The classic work on spite:

        http://exiledonline.com/we-the-spiteful/

    • Phil Perspective

      Unions also helped do this to themselves. Look at the unions that endorsed Cuomo and Emanuel. Look at the unions, that for a long time now, thought it was good practice to play footsie with the owners/power brokers. Or the ones that never want to hold the Democratic Party accountable. Where has that gotten them?

      • efgoldman

        Unions also helped do this to themselves. Look at the unions that endorsed Cuomo and Emanuel

        Oh, it started way before that, when the public safety unions, pissed at Democrats for trying to integrate police forces and fire departments, endorsed Reagan and Bush1 (and GOBP gubernatorial candidates) instead of Democrats.
        This even after Saint Ronnie screwed the Air Traffic Controllers.
        Voting against your own economic interests isn’t new.

    • erick

      its a big misdirection game.

      The Middle class has lost most of its benefits in the private sector, defined benefit pensions replaced with 401Ks, the amount of health care that they pay for and so on and so on.

      So that people won’t notice that all the productivity gains in the economy for the last 30-40 years have gone to the owners of capital rather than the workers the Reps are doing their coroporate masters bidding and saying “look at those parasite public union employees with their pensions and vacation and free health care, you don’t get that, they’re ripping you off” Then instead of asking why the middle class in the private sector doesn’t get those benefits anymore people vote to take them away from the public sector.

      They think the changes in benefits and so on just happened, like some act of nature, just the way things are, rather than deliberate decicions made by the private sector and changes in government policy. The rise of the middle class in the middle of the 20th cnetury didn’t just happen in vacuum, it took deliberate action by government to make it happen, and it is going away for the same reasons.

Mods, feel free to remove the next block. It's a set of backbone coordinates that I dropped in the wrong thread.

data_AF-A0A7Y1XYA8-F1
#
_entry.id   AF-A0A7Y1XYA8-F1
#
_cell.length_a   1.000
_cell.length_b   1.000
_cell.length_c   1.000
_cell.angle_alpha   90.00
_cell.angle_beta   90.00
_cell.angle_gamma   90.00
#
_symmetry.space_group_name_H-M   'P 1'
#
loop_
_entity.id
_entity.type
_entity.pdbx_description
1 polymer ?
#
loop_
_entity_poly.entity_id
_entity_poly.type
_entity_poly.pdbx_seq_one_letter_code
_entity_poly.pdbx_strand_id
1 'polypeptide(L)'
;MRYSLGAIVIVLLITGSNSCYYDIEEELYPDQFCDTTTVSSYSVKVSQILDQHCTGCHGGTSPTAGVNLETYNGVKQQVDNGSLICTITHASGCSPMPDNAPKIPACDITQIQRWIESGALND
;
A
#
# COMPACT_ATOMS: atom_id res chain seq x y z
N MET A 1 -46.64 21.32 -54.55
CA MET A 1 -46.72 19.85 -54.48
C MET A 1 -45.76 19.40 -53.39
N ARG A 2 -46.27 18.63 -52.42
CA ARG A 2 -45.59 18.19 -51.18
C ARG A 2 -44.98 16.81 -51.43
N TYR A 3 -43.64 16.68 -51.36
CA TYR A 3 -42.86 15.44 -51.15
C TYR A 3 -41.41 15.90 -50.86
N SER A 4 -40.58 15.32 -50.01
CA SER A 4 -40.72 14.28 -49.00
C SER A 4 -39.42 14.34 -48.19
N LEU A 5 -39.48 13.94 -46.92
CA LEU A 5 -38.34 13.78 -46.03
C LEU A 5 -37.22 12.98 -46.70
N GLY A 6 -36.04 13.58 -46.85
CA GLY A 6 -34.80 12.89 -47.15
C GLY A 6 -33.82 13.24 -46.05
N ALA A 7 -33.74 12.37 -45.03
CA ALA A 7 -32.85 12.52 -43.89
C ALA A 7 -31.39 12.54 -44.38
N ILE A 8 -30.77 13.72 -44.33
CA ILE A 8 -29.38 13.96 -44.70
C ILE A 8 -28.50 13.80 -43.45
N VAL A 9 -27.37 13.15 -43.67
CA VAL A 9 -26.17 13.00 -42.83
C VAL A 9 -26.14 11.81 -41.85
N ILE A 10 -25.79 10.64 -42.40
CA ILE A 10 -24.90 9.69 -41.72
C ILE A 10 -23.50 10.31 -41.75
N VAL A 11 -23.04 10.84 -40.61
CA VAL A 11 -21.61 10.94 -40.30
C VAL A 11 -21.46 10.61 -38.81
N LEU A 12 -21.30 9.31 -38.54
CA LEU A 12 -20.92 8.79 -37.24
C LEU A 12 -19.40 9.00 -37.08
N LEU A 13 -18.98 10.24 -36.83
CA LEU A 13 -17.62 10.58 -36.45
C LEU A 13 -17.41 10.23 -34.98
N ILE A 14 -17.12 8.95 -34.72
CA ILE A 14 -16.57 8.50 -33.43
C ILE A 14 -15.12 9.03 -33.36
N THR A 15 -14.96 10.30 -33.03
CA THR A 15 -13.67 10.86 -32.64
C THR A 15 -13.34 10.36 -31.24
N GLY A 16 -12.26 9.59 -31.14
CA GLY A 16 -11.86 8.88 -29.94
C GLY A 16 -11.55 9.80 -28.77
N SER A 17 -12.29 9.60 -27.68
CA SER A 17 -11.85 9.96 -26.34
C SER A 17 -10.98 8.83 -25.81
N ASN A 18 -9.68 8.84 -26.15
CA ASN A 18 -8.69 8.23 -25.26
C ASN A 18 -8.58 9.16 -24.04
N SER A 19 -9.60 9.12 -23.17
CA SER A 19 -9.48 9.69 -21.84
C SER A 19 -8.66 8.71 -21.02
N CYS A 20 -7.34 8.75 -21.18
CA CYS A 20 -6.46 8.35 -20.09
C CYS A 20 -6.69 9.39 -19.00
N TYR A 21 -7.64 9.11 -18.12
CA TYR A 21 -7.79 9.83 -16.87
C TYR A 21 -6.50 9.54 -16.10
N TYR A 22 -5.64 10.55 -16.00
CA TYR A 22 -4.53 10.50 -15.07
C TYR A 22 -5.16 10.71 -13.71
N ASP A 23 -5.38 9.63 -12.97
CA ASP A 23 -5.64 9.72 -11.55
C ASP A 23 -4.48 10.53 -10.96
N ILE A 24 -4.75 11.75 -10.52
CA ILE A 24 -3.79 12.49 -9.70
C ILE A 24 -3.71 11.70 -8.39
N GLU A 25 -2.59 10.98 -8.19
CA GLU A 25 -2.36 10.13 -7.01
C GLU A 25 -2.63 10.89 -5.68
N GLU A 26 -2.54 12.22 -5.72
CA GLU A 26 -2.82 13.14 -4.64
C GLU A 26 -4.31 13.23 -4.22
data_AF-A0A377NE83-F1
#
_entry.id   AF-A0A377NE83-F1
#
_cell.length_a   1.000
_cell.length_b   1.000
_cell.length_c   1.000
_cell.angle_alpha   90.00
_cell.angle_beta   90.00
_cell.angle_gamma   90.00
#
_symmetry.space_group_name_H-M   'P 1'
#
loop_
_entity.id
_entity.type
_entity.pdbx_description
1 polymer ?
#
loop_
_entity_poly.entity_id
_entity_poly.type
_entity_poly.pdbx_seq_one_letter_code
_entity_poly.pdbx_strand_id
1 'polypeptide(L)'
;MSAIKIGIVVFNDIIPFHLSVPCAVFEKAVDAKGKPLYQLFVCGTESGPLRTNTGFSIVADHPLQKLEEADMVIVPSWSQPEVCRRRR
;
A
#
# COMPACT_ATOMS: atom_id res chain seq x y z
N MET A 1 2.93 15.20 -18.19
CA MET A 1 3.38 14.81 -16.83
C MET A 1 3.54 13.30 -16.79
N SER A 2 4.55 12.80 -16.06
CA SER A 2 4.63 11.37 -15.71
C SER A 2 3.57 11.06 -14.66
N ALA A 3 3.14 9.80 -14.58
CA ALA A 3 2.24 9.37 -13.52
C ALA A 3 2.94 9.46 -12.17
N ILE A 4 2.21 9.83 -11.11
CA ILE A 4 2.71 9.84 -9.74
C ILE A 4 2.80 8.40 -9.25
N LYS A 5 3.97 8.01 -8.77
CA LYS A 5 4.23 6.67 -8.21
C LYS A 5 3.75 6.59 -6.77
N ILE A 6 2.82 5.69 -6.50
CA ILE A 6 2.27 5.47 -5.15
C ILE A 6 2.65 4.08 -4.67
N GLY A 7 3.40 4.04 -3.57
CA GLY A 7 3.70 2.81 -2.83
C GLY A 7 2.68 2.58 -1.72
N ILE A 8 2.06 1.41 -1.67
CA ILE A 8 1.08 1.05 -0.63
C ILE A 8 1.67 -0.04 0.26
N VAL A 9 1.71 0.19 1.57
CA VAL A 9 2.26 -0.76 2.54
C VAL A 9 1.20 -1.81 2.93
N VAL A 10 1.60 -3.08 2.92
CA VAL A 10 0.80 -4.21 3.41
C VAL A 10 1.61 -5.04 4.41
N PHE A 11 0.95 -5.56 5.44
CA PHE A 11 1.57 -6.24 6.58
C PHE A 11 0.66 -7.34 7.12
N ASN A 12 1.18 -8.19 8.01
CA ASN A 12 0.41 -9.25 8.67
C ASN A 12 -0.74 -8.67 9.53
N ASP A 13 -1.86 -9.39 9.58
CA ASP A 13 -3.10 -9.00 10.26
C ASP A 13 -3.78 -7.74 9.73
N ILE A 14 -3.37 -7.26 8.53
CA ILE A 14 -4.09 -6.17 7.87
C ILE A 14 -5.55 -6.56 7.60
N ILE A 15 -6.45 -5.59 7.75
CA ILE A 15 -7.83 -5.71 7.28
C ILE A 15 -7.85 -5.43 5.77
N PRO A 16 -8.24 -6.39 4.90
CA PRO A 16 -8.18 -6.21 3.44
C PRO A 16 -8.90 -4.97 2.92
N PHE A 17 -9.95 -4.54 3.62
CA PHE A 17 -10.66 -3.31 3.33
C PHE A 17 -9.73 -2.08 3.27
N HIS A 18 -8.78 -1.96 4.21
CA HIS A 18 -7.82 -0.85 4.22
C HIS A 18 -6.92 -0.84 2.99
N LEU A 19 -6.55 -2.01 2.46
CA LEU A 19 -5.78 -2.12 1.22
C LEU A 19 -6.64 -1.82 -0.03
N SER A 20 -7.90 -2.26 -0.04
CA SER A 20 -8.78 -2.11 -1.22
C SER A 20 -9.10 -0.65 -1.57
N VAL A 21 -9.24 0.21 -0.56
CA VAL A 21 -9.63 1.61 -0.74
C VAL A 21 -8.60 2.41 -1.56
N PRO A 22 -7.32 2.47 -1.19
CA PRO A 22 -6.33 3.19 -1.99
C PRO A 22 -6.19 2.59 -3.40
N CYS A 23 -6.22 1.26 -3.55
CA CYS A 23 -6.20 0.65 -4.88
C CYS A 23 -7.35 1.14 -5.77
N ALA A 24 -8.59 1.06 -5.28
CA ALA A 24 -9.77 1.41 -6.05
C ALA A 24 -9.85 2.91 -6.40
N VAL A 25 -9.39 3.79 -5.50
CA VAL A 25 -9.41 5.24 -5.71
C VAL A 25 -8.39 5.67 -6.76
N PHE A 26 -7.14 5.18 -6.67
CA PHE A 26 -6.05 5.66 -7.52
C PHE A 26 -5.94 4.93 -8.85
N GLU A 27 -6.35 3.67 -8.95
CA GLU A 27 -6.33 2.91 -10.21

Working in high tech I interact with a lot of engineers who have libertarian leanings. It is amazing how people can be so smart in some areas and so clueless in others. Our pensions went away 15 years ago replaced by only 401Ks. On the company chat rooms engineers would toe the party line and talk about how much better it was becasue now they controlled how their money was invested. I replied “how naive are you guys, did you see the Press Release where they touted the billions of dollars the company was saving due to this move? Where do you think those billions are coming from? I got news for you the fees that used to manage the pensions are a drop in that bucket, it isn’t coming out of the CEOs pay package, it is from us, we used to get a guranteed pension, now they match (up to only 4% of our pay) what we save in our 401k, big whoop”

    • Linnaeus

      You’d think that a populist union message would be a powerful one for all the dispossessed folks struggling to get by, or those who are struggling but aren’t really getting by

      You would think that, but creating the solidarity that makes unionizing possible, and creating a political context in which collective actions like unionizing are deemed favorable, runs up against some powerful headwinds that come from long standing values in American culture. One is a particular notion of individualism that is deeply suspicious of any kind of collective action (except on an ad hoc basis) because it takes away the individual’s prerogative to either thrive or fail and harms those who have made the “right” choices Right wing populism draws on this idea, effectively reframing the average person as one who is a responsible person brought down by carrying those who aren’t (“makers and takers” rhetoric brings this message into particularly sharp relief).